The Common Potoo King of Camouflage
It was 5 in the morning, and a lament resounded on the road in front of the house. Grandma said it was La Llorona, but I was convinced that this legend was not real. Could it be a bird? I put on my boots and went out with the binoculars to find who issued that sad call. With great curiosity and a little fear, I spent hours looking for him, because he didn’t sing again, I checked the treetops, the flowers, and the fences, but nothing.
The next day I left before dawn and waited until I heard Uuuuhhh uuuhhh uuh uh, guided by the sound I found him. It was perched on a dry branch and barely appreciated, but there it was, a grayish bird with large yellow eyes, which was slowly closing, ready to sleep after a long night of hunting moths and beetles.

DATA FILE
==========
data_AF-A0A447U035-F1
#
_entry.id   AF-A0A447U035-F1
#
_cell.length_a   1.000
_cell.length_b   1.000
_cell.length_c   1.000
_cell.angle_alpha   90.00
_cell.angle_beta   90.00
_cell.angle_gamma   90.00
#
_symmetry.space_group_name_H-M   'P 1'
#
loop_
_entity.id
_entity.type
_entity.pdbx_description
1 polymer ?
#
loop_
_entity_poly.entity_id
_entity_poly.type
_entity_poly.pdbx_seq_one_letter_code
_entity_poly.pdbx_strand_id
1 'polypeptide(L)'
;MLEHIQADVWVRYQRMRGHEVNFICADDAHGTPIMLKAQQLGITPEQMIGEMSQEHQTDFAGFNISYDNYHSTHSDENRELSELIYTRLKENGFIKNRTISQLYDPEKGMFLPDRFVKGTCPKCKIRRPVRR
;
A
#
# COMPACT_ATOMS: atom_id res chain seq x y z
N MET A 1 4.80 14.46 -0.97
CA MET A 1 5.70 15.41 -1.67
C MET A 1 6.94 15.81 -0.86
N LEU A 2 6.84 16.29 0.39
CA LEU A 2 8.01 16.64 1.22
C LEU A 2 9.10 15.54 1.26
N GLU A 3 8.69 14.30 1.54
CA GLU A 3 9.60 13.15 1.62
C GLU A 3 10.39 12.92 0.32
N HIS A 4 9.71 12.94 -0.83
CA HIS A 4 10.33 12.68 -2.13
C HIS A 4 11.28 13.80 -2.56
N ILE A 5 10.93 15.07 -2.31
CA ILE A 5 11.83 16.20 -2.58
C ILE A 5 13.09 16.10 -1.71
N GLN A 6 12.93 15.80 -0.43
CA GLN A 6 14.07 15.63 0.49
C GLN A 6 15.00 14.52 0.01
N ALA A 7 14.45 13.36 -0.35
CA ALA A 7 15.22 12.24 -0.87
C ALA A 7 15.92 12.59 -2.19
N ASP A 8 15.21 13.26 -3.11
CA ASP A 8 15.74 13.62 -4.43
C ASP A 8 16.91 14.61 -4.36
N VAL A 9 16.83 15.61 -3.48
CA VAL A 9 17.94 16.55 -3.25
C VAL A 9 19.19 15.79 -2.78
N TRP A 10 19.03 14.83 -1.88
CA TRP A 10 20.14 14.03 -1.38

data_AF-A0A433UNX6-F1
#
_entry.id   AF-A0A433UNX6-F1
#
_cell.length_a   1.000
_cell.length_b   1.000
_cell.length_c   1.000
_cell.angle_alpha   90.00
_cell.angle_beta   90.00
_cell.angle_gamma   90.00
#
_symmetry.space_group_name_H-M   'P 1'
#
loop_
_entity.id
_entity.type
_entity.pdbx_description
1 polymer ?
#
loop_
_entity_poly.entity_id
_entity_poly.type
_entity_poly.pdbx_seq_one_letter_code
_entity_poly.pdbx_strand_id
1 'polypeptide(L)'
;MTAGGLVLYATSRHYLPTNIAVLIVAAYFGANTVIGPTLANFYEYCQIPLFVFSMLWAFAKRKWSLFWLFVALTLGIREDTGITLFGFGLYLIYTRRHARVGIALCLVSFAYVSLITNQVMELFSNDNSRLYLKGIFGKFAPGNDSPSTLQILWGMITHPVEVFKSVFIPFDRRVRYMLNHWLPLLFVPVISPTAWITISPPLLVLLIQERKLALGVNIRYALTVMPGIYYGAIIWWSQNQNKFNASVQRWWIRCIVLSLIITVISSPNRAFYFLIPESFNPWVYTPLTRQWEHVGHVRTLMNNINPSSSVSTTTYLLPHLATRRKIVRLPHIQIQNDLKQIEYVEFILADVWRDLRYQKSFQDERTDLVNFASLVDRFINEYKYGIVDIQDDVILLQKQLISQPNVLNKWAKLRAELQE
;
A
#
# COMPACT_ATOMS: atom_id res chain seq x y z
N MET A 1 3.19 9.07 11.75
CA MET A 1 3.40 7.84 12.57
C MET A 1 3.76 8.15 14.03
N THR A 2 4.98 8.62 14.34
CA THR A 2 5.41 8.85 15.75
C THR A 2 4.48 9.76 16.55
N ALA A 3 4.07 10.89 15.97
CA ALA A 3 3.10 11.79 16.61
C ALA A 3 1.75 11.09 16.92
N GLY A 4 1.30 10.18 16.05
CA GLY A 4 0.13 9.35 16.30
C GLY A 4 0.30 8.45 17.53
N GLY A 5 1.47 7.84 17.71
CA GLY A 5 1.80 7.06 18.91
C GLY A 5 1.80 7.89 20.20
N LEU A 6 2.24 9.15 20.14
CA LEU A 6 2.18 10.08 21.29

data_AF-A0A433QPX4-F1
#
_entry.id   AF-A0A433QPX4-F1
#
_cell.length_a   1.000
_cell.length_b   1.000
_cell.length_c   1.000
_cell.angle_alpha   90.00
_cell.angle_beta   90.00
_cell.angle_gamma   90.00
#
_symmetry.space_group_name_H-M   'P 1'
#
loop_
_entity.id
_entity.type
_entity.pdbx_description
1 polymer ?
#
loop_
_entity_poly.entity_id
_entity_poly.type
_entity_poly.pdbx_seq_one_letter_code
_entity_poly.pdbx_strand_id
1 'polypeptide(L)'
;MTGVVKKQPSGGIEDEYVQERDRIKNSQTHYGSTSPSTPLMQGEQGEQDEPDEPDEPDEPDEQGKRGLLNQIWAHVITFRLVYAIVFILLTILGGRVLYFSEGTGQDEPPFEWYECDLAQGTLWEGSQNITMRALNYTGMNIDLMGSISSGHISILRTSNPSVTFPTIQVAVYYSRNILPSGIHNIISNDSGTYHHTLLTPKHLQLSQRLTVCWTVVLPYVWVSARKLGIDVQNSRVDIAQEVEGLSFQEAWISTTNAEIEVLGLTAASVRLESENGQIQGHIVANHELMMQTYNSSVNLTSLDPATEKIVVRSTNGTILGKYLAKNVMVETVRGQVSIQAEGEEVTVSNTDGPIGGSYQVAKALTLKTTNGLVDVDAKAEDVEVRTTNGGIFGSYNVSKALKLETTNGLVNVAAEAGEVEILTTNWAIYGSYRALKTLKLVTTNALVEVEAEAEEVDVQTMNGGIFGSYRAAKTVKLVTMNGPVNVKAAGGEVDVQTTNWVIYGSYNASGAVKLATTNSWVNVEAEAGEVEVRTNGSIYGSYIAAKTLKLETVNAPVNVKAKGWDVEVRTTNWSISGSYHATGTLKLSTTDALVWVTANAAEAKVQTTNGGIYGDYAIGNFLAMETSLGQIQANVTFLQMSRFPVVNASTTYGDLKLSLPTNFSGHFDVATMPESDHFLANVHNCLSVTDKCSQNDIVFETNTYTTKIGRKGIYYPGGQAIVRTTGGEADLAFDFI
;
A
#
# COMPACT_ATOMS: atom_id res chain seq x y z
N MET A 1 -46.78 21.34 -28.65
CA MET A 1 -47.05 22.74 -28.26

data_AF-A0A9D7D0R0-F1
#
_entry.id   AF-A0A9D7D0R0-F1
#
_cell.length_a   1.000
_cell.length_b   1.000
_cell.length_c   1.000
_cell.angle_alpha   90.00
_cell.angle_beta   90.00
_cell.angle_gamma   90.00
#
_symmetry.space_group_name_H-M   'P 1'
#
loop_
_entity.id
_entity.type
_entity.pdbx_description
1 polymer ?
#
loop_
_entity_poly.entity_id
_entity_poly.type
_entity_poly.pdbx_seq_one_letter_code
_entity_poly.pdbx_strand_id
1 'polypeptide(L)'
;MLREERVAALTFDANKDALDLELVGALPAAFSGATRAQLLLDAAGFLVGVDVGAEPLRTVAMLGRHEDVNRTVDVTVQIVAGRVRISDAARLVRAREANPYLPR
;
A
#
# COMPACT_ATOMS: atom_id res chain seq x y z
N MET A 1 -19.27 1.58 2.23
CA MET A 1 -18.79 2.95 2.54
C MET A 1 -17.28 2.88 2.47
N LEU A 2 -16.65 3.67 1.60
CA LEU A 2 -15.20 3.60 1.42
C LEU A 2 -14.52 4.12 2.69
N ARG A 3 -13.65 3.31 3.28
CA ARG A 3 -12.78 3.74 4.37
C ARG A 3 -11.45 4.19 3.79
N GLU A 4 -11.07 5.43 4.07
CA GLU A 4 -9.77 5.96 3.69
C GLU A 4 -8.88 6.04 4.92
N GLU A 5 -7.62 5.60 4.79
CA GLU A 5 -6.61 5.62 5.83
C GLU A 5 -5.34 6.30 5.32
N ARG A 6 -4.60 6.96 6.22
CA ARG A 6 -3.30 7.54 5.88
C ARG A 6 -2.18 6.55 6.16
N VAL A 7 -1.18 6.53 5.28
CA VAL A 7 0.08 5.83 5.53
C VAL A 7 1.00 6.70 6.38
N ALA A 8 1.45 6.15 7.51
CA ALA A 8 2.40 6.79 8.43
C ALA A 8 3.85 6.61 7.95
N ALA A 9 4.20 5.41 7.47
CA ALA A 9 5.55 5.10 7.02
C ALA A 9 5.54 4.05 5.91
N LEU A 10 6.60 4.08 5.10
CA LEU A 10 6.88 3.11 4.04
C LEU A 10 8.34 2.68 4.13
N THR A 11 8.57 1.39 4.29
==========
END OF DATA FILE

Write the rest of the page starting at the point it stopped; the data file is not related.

The Common Potoo or staking bird (Nyctibius griseus) protected by its excellent camouflage spends the day resting at low altitude, sometimes even on fence posts or dead trees or dry branches, in an upright position. It measures just under 40 cms. In Costa Rica, it can be found in the lowlands of both slopes, and it is especially abundant in the Río Térraba basin in the South Pacific region of Costa Rica.
The Common Potoo does not build a nest. The female deposits a single egg in a hole on a dry branch or pole and incubates it patiently until a pigeon hatches and emerges. It is very similar to the adult but covered with a soft and fluffy light gray down, which a few days can begin to distinguish between the feathers of the abdomen of his father, which it imitates perfectly adopting the same posture.
When we can find them and feel threatened by our presence or that of some predator, the Common Potoo assume their cryptic pose, pointing their beak towards the sky and smoothing their plumage, looking thinner and going even more unnoticed, as if it were just another branch. If you find a Common Potoo, let it rest, it is a harmless night bird that wants only to make itself invisible to its eyes.